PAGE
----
Monday, April 20, 2015

Appomattox - April 12, 2015 - Auld Lang Syne

The final day of my Virginia trip, my last Civil War real time experience (The Grand Review Parade in May is off by over week) worked out better than I dreamed possible. One of the most iconic images of the end of the Army of Northern Virginia is the stacking of the arms under the supervision of respectful Union troops, commanded by Joshua Chamberlain, the former college professor, wounded six times and breveted to major general, who would be awarded the Medal of Honor for his action at Gettysburg on July 2, 1863.

A reenactment of the stacking was done a couple of times a day after the ninth.  I was thinking that the Confederate reenactors must have been getting pretty tired of it.  I watched one of the stacking ceremonies on Saturday, but did not get any good pictures.

 I also watched a real time reenactment of the artillery surrender, which was beyond tedious (The artillery and cavalry were surrendered first, because the ANV men were allowed to keep their horses and they wanted to get them moved out to other areas where there might be more fodder.  At least that is what somebody told me.)

At any rate, the final stacking ceremony was a real time event (although actually the real event took all day) at 3:00 PM on the 12th.  Public participation was encouraged. You could choose to march with the surrendering Confederates or stand on the side of the road saluting.  As it worked out all the Union reenactors had taken off by then, so it was all civilians lining the road.  The surrendering Confederates had a goodly complement of reenactors intermingled with the civilians. Row by row roughly four "soldiers", then four "civilians".  I think my "brigade" had about twenty people in it.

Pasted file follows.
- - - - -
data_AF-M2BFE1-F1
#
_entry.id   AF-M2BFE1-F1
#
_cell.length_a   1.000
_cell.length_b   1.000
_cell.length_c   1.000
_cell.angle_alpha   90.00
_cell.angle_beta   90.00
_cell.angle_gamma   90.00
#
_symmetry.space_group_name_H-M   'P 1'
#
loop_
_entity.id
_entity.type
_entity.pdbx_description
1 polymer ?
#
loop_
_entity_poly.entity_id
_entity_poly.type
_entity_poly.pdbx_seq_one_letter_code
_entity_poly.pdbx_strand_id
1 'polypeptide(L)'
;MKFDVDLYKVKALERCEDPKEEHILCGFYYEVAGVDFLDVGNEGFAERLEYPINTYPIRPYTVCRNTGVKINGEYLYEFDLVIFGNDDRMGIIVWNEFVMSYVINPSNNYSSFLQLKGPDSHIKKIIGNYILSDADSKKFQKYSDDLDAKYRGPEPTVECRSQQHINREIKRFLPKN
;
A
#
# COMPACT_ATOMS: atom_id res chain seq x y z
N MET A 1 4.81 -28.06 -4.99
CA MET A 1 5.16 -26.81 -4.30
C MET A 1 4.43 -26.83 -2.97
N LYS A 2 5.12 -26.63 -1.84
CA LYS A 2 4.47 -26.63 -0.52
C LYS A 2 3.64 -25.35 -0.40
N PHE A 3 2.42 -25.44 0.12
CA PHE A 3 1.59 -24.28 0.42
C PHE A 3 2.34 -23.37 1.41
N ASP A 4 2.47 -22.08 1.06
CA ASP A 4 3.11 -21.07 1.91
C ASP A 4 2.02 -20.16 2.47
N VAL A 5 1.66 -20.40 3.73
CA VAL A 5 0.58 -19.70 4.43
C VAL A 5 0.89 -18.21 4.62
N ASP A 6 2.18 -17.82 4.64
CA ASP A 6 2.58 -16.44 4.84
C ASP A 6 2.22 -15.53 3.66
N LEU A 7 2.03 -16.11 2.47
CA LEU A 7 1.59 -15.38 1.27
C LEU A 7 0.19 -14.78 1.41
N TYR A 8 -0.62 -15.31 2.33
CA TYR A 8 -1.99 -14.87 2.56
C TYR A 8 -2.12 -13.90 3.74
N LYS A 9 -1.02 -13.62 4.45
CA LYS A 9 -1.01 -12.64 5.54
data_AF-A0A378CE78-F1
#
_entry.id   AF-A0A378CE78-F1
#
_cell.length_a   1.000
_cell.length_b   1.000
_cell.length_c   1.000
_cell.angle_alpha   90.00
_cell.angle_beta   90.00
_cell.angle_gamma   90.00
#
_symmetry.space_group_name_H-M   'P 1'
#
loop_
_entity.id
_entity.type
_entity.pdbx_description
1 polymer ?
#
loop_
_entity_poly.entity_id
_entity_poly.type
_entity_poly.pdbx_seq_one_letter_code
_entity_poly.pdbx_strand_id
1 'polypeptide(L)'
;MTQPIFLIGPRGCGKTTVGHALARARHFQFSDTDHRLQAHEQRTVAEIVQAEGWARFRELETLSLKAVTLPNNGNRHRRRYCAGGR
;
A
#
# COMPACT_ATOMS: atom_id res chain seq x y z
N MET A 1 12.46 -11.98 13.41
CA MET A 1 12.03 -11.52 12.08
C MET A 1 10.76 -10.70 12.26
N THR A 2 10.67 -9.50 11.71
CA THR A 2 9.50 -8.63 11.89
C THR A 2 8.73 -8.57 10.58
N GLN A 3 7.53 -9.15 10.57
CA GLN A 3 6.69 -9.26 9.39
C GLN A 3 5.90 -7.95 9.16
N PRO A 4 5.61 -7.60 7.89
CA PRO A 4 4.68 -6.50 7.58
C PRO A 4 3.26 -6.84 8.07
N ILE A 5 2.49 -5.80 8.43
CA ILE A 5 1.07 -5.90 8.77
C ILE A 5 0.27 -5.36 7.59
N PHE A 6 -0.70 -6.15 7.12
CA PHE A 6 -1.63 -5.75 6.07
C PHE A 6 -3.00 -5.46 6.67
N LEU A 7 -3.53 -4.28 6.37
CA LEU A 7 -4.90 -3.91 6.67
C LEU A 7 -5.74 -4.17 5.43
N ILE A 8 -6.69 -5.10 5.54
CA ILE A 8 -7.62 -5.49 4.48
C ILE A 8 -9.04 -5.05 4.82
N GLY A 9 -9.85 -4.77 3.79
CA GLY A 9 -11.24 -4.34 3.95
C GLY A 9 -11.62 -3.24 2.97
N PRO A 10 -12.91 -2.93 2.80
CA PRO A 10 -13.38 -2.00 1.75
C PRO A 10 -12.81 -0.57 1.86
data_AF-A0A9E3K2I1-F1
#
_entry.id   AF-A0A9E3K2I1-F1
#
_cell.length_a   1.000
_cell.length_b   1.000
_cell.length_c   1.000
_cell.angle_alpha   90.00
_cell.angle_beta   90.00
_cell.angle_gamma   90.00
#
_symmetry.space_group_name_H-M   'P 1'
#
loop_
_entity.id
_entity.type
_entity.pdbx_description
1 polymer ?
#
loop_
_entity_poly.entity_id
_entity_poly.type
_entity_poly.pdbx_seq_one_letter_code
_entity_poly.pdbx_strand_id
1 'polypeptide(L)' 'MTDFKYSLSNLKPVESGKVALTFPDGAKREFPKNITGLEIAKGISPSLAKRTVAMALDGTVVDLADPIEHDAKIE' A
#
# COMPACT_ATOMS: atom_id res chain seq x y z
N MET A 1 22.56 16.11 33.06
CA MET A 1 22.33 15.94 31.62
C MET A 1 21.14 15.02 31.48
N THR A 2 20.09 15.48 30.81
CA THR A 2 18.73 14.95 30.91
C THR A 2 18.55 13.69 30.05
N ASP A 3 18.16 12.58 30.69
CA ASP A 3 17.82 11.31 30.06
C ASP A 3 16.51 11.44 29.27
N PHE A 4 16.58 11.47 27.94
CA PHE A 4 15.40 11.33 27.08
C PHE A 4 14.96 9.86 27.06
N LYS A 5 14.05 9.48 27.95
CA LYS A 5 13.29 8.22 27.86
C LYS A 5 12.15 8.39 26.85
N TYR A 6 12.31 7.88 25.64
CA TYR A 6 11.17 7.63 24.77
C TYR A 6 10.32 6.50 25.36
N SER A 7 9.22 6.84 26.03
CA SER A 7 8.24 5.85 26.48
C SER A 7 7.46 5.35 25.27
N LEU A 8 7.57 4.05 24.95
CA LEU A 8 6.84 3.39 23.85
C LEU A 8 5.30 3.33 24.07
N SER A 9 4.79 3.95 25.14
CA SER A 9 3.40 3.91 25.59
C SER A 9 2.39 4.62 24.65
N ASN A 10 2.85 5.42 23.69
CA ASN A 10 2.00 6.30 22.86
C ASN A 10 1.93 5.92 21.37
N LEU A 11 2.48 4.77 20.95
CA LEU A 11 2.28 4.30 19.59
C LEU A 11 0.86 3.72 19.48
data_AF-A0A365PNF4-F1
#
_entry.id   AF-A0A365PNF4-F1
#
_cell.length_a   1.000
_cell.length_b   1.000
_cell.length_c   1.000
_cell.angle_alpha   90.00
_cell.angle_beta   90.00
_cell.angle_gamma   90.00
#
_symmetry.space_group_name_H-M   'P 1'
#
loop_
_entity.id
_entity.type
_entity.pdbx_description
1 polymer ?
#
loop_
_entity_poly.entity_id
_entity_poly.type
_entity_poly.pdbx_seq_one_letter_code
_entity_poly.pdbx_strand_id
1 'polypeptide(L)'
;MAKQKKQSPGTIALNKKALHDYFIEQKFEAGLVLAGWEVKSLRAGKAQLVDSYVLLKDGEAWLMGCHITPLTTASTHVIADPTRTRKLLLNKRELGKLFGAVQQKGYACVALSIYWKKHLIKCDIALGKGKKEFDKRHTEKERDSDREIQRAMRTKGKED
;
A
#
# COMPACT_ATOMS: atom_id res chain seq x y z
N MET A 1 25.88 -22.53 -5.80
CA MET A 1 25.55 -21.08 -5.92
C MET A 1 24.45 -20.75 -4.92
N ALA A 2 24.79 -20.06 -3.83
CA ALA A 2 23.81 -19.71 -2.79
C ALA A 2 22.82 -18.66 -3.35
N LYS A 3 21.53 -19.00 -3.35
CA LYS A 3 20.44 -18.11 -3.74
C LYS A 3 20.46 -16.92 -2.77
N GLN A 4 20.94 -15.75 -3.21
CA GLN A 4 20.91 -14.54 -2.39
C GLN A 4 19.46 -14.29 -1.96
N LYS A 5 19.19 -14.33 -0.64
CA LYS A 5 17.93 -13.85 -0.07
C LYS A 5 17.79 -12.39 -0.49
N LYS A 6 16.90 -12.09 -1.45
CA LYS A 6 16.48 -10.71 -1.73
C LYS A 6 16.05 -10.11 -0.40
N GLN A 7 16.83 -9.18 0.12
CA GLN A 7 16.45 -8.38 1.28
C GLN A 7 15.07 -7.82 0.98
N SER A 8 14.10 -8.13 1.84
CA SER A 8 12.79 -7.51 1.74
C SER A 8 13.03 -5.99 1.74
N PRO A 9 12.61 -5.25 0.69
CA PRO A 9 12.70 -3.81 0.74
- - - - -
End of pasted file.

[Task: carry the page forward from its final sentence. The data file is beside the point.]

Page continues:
That's right I had decided to be with the Confederates, which I suppose requires some explanation.  Even if it doesn't, I'm going to give it to you anyway.

At Gettysburg, the biggest real time event was Pickett's charge, which had the general public doing the long walk across the field led by rangers with some reenactors interspersed.

I thought I would be standing behind the wall wearing my blue keppe, but as I explained in this piece after watching a reenactment on private property on June 30, I decided I had to do the walk.  So I picked up a gray keppe at the sutlers.  I ended up forgetting it at the hotel and doing the walk hatless, but that is neither here nor there.

So mainly I was going with the Confederates so I would be doing something rather than standing around, but I also think that the gray hat had something to do with it.  Lost Cause historiography has a powerful grip on the American imagination, that is is not lost even on someone like me, who is much more interested in antebellum social reform movements and believes that the reeestablishment of white supremacy was an American tragedy, Reconstruction being a great missed opportunity to truly create an indivisible nation with liberty and justice for all.

It was a lucky choice because when I got into line, there was my friend Georg (that's how you spell it).